Tory leadership race: Six candidates scramble to lure supporters of defeated Zahawi and Hunt ahead of second vote

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Tory leadership race: Six candidates scramble to lure supporters of defeated Zahawi and Hunt ahead of second vote
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Six Tory MPs battling to succeed Boris Johnson have begun a scramble to grab the votes of supporters of defeated rivals Nadhim Zahawi and Jeremy Hunt ahead of Thursday’s crunch second ballot.

The six still in the contest after Wednesday’s first vote of the parliamentary party - which knocked out the Chancellor and the former Foreign Secretary - will be further whittled down after MPs hold a second ballot in the afternoon.

Mr Zahawi and Mr Hunt failed to get the 30 votes needed to make it into the second round of the race to replace Mr Johnson at the helm of the Conservative Party and as Prime Minister.

Former chancellor Rishi Sunak took the lead with 88 votes, with International trade minister Penny Mordaunt second with 67 and Foreign Secretary Liz Truss on 50. The others to make the cut were equalities minister Kemi Badenoch (40), soldier turned MP Tom Tugendhat (37) and Attorney General Suella Braverman (32).

Mr Zahawi and Mr Hunt fell short with 25 and 18 votes respectively.

Frantic talks were immediately getting underway as the remaining six contenders sought to woo Mr Hunt and Mr Zahawi’s supporters to back them.

Some of Mr Hunt’s supporters are expected to go to Mr Sunak or Mr Tugendhat, or possibly Ms Mordaunt.

The results came after a day of drama which saw Ms Mordaunt gain momentum with a successful leadership bid campaign launch and a YouGov poll showing she would beat both Mr Sunak and Ms Truss in a showdown among the party members.

The shortlist of two candidates should be decided by next Wednesday, to be put to Tory party members over the summer in a postal vote.

Mr Tugendhat tweeted: “This is a fantastic result.

“I’m delighted to be going through to the next round with the momentum we need to change this country for the better. Our country needs ACleanStart”.

It was less clear how Mr Zahawi’s supporters will now switch their votes.

Mr Hunt issued a barbed message condemning “smears and attacks” after Culture Secretary Nadine Dorries claimed Mr Sunak’s team had lent his support so he could get the backing of 20 MPs to enter the contest on Tuesday.

He tweeted: “A gentle word of advice to the remaining candidates: smears & attacks may bring short term tactical gain but always backfire long term.

“The nation is watching & they’ve had enough of our drama; be the broad church & unbeatable, election winning machine that our country deserves.”

Both Mr Sunak and Mr Hunt’s teams denied Ms Dorries’ allegation, which was not backed up by her ally Brexit minister Jacob Rees-Mogg.

Ex-Health Secretary Mr Hunt, who challenged Mr Johnson for the Tory leadership in 2019 after Theresa May was ousted, added: “I want to thank my incredible team of loyal and talented supporters who put their faith in me.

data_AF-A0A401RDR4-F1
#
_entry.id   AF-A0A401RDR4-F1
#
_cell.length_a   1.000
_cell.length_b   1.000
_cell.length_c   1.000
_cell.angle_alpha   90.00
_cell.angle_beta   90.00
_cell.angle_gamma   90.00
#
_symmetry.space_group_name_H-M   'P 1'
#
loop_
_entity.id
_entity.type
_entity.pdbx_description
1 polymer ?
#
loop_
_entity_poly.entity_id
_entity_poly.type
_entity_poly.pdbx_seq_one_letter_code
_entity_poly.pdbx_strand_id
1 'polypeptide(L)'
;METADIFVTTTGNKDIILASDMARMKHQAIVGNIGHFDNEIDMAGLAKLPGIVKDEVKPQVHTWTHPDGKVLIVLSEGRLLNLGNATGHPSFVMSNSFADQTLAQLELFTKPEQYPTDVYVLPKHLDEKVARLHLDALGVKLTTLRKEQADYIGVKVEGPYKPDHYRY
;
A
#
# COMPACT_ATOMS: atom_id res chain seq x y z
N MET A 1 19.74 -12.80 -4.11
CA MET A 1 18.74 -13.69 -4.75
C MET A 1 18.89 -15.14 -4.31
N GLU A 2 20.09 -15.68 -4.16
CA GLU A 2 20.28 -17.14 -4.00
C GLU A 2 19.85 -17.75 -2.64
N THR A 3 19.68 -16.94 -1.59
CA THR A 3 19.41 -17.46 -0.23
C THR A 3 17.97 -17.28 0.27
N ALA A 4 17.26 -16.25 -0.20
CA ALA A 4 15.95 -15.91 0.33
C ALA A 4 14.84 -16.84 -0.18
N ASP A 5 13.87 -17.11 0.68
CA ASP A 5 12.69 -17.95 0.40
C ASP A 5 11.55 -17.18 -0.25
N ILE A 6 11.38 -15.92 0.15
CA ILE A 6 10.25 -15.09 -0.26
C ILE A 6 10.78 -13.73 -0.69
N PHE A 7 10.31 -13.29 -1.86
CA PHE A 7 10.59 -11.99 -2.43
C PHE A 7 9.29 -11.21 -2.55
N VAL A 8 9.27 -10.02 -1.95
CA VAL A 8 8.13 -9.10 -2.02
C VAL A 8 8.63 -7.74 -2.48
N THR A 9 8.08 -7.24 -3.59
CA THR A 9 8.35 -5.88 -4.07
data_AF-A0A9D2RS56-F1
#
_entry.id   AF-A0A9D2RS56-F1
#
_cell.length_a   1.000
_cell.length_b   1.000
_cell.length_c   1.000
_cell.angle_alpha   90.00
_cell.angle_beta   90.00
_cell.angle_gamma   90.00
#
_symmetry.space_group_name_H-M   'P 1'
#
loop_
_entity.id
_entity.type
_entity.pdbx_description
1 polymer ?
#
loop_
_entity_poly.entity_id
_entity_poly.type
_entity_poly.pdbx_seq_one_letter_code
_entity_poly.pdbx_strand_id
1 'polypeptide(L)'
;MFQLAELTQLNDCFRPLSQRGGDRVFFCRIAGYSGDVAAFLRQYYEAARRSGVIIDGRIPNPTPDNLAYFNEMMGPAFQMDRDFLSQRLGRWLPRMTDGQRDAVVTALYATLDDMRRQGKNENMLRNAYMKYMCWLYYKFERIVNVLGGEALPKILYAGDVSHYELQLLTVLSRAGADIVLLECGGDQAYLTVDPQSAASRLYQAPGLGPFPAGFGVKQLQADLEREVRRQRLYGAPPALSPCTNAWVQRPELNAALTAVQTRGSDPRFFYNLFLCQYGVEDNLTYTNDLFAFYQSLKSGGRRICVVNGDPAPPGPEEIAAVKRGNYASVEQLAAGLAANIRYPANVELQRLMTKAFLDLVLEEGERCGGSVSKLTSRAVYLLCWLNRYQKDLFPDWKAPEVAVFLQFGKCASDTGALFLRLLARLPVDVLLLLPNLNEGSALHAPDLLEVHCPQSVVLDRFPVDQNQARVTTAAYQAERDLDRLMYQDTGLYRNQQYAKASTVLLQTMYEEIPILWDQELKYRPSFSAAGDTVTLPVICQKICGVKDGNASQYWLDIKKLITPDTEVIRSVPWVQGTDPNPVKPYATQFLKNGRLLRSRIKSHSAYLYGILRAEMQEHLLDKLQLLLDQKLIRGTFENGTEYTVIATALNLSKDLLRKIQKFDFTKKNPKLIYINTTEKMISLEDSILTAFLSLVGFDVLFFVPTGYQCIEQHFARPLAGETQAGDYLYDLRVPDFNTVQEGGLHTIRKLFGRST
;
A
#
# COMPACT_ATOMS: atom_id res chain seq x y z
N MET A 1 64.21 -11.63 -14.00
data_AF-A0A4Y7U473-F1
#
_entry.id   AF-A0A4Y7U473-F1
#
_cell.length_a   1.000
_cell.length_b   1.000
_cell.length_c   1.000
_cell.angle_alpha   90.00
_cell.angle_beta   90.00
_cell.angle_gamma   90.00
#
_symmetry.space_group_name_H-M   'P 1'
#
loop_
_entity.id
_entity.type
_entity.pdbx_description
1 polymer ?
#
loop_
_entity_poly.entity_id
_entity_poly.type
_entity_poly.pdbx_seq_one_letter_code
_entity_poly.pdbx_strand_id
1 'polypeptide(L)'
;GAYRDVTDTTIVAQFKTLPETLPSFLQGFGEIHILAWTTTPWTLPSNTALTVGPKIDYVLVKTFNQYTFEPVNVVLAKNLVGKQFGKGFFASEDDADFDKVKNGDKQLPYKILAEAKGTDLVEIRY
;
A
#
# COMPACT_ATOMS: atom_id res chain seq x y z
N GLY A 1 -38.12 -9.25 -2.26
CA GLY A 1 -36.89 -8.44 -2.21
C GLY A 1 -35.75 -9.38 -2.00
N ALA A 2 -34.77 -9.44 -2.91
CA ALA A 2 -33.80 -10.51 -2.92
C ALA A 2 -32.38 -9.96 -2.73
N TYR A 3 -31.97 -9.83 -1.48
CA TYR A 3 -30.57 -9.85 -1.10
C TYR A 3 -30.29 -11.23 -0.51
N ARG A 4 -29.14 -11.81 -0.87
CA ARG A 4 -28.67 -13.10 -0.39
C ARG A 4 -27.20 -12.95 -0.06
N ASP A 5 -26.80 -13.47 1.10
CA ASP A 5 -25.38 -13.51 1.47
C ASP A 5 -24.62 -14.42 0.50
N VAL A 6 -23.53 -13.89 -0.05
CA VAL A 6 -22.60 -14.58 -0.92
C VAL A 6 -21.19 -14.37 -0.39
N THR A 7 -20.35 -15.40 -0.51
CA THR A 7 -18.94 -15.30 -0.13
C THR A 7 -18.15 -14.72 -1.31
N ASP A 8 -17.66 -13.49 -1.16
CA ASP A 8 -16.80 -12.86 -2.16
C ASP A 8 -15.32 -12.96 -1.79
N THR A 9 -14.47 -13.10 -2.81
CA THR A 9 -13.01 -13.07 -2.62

“It’s become obvious to me you only get one big shot at this, and I had mine in 2019.”

Transport Secretary Grant Shapps, ex-Health Secretary Sajid Javid and backbencher Rehman Chishti have already pulled out of the contest.

A leading supporter of Ms Truss swiftly called for fellow Tory MPs to unite behind her “free market” ideology after she secured her place in the next round of the contest.

Chief Secretary to the Treasury Simon Clarke was asked on BBC Radio 4’s PM programme whether Ms Truss hopes to now pick up votes from rivals Kemi Badenoch and Suella Braverman.

He said: “I think it’s very important that we unite as much of the party as possible behind Liz’s vision.

“I’m not going to presume how any candidate or their supporters will now respond, but it’s certainly the case that if we want to ensure there is a clear free market vision in the final two to go to the Conservative Party membership, then it is really important that people now look hard at the choice that is in front of them and make sure that we get the right people into that final round.”

Stoke-on-Trent North MP Jonathan Gullis, a backer of Mr Zahawi, suggested that other campaigns should consider coalescing around a single standard-bearer for the party’s Right wing.

He said: “I think the people who own those campaign teams, whether that be Suella or that be any others, I think we should have a good conversation with each other and figure out - we want to make sure by the end of next week we have two candidates.”

Mr Gullis insisted he was not worried about party unity in the wake of the vote and rejected the suggestion that the result was a career setback for the Chancellor.

He said: “I don’t think it’s a setback.

“At the end of the day he took a big step forward, a brave step forward.

“Many people, including myself, haven’t got the balls to be perfectly frank to put themselves forward. So I respect him massively for having a go at it.”

As the race to replace Mr Johnson heated up, Ms Dorries accused fellow Tory MPs of staging a “coup” against the PM.

The Culture Secretary told BBC Panorama: "I was quite stunned that there were people who thought that removing the Prime Minister who won the biggest majority that we've had since Margaret Thatcher in less than three years.

"Just the the anti-democratic nature of what they're doing alone was enough to alarm me.

"And for me it was a coup".

Ms Dorries made the same claim on Monday, when she also criticised those who moved against Mr Johnson.

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